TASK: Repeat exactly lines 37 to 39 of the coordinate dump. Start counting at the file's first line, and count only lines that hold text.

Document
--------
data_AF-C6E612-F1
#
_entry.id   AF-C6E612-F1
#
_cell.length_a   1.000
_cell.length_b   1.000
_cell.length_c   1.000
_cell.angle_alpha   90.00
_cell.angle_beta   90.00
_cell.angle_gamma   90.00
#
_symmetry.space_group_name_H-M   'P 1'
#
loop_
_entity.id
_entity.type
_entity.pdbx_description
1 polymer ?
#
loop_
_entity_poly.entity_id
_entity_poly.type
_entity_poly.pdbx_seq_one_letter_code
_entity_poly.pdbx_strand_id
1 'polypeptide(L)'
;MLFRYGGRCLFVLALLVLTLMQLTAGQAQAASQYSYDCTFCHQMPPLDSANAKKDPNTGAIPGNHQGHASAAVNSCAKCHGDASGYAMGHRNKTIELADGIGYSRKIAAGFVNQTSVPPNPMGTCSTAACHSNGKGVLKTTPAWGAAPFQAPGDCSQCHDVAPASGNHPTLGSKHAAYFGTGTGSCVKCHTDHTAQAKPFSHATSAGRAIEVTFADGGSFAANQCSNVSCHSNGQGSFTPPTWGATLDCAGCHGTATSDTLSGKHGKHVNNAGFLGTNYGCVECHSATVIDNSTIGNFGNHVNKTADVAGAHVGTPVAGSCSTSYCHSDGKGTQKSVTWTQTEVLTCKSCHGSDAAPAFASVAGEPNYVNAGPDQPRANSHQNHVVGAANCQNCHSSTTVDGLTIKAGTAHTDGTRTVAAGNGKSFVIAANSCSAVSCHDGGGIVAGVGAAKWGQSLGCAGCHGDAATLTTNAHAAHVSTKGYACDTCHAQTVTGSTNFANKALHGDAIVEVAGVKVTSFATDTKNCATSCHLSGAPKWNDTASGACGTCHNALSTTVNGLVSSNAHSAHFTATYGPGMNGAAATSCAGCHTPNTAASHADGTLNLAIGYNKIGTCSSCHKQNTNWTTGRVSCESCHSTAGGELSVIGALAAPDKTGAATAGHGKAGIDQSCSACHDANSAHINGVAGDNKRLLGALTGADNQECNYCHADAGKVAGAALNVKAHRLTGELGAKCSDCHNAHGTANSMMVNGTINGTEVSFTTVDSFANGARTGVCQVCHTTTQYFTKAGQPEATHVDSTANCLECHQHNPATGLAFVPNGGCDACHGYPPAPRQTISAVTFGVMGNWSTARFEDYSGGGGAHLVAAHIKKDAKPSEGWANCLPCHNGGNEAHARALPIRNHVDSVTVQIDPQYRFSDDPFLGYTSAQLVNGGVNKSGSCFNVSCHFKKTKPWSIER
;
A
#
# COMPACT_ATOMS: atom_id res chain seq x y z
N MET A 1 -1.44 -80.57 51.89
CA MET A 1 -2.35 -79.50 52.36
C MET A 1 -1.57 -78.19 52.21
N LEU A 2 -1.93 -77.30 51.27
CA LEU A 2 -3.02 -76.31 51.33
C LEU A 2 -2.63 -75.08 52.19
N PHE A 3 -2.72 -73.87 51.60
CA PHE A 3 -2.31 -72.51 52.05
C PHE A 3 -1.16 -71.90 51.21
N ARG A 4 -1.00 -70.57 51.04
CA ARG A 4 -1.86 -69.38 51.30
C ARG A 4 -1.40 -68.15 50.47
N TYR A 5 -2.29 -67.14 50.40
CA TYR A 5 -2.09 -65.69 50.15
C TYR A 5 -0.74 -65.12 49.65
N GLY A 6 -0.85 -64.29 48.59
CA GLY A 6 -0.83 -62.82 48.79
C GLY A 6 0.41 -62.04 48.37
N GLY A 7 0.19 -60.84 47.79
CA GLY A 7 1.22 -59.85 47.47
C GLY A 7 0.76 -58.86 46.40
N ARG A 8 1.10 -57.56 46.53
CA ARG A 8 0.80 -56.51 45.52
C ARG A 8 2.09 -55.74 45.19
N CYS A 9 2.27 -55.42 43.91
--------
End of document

N PHE A 3 -2.72 -73.87 51.60
CA PHE A 3 -2.31 -72.51 52.05
C PHE A 3 -1.16 -71.90 51.21